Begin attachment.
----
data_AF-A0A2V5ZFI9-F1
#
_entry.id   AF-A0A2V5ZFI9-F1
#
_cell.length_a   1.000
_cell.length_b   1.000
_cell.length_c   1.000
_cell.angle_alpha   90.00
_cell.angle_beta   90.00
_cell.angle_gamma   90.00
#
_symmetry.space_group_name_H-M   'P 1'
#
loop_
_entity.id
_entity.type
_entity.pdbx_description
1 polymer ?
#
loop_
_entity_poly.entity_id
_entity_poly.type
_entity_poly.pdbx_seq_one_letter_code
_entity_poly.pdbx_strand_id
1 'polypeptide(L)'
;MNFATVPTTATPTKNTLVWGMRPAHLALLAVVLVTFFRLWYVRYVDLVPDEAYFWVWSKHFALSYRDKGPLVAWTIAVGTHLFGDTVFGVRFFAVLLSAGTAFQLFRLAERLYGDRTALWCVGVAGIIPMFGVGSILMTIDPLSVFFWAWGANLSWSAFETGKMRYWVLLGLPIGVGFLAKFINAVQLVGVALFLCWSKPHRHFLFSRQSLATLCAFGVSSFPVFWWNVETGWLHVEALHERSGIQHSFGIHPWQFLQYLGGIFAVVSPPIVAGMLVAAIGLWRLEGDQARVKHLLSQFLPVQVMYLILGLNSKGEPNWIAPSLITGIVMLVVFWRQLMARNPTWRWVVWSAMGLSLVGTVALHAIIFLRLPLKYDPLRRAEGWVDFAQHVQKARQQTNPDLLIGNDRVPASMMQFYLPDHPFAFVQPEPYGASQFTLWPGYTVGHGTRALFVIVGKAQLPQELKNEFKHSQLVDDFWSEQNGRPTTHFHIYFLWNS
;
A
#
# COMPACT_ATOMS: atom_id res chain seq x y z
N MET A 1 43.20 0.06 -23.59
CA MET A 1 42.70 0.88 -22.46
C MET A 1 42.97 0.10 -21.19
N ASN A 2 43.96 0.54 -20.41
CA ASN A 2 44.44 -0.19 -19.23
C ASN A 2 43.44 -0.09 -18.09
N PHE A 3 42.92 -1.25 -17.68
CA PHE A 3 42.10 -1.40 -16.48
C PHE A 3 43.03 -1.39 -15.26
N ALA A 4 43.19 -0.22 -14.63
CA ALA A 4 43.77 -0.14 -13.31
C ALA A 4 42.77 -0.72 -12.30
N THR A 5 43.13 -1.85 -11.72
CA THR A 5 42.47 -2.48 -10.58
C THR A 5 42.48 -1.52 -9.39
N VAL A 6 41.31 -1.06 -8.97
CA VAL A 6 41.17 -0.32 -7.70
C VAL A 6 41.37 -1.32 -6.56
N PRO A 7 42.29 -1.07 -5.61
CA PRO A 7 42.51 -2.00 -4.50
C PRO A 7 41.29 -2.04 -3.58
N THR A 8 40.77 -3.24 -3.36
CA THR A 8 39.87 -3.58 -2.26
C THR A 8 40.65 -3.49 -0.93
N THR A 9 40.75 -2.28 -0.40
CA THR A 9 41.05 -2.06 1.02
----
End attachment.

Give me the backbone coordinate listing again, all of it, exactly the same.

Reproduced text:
data_AF-A0A2V5ZFI9-F1
#
_entry.id   AF-A0A2V5ZFI9-F1
#
_cell.length_a   1.000
_cell.length_b   1.000
_cell.length_c   1.000
_cell.angle_alpha   90.00
_cell.angle_beta   90.00
_cell.angle_gamma   90.00
#
_symmetry.space_group_name_H-M   'P 1'
#
loop_
_entity.id
_entity.type
_entity.pdbx_description
1 polymer ?
#
loop_
_entity_poly.entity_id
_entity_poly.type
_entity_poly.pdbx_seq_one_letter_code
_entity_poly.pdbx_strand_id
1 'polypeptide(L)'
;MNFATVPTTATPTKNTLVWGMRPAHLALLAVVLVTFFRLWYVRYVDLVPDEAYFWVWSKHFALSYRDKGPLVAWTIAVGTHLFGDTVFGVRFFAVLLSAGTAFQLFRLAERLYGDRTALWCVGVAGIIPMFGVGSILMTIDPLSVFFWAWGANLSWSAFETGKMRYWVLLGLPIGVGFLAKFINAVQLVGVALFLCWSKPHRHFLFSRQSLATLCAFGVSSFPVFWWNVETGWLHVEALHERSGIQHSFGIHPWQFLQYLGGIFAVVSPPIVAGMLVAAIGLWRLEGDQARVKHLLSQFLPVQVMYLILGLNSKGEPNWIAPSLITGIVMLVVFWRQLMARNPTWRWVVWSAMGLSLVGTVALHAIIFLRLPLKYDPLRRAEGWVDFAQHVQKARQQTNPDLLIGNDRVPASMMQFYLPDHPFAFVQPEPYGASQFTLWPGYTVGHGTRALFVIVGKAQLPQELKNEFKHSQLVDDFWSEQNGRPTTHFHIYFLWNS
;
A
#
# COMPACT_ATOMS: atom_id res chain seq x y z
N MET A 1 43.20 0.06 -23.59
CA MET A 1 42.70 0.88 -22.46
C MET A 1 42.97 0.10 -21.19
N ASN A 2 43.96 0.54 -20.41
CA ASN A 2 44.44 -0.19 -19.23
C ASN A 2 43.44 -0.09 -18.09
N PHE A 3 42.92 -1.25 -17.68
CA PHE A 3 42.10 -1.40 -16.48
C PHE A 3 43.03 -1.39 -15.26
N ALA A 4 43.19 -0.22 -14.63
CA ALA A 4 43.77 -0.14 -13.31
C ALA A 4 42.77 -0.72 -12.30
N THR A 5 43.13 -1.85 -11.72
CA THR A 5 42.47 -2.48 -10.58
C THR A 5 42.48 -1.52 -9.39
N VAL A 6 41.31 -1.06 -8.97
CA VAL A 6 41.17 -0.32 -7.70
C VAL A 6 41.37 -1.32 -6.56
N PRO A 7 42.29 -1.07 -5.61
CA PRO A 7 42.51 -2.00 -4.50
C PRO A 7 41.29 -2.04 -3.58
N THR A 8 40.77 -3.24 -3.36
CA THR A 8 39.87 -3.58 -2.26
C THR A 8 40.65 -3.49 -0.93
N THR A 9 40.75 -2.28 -0.40
CA THR A 9 41.05 -2.06 1.02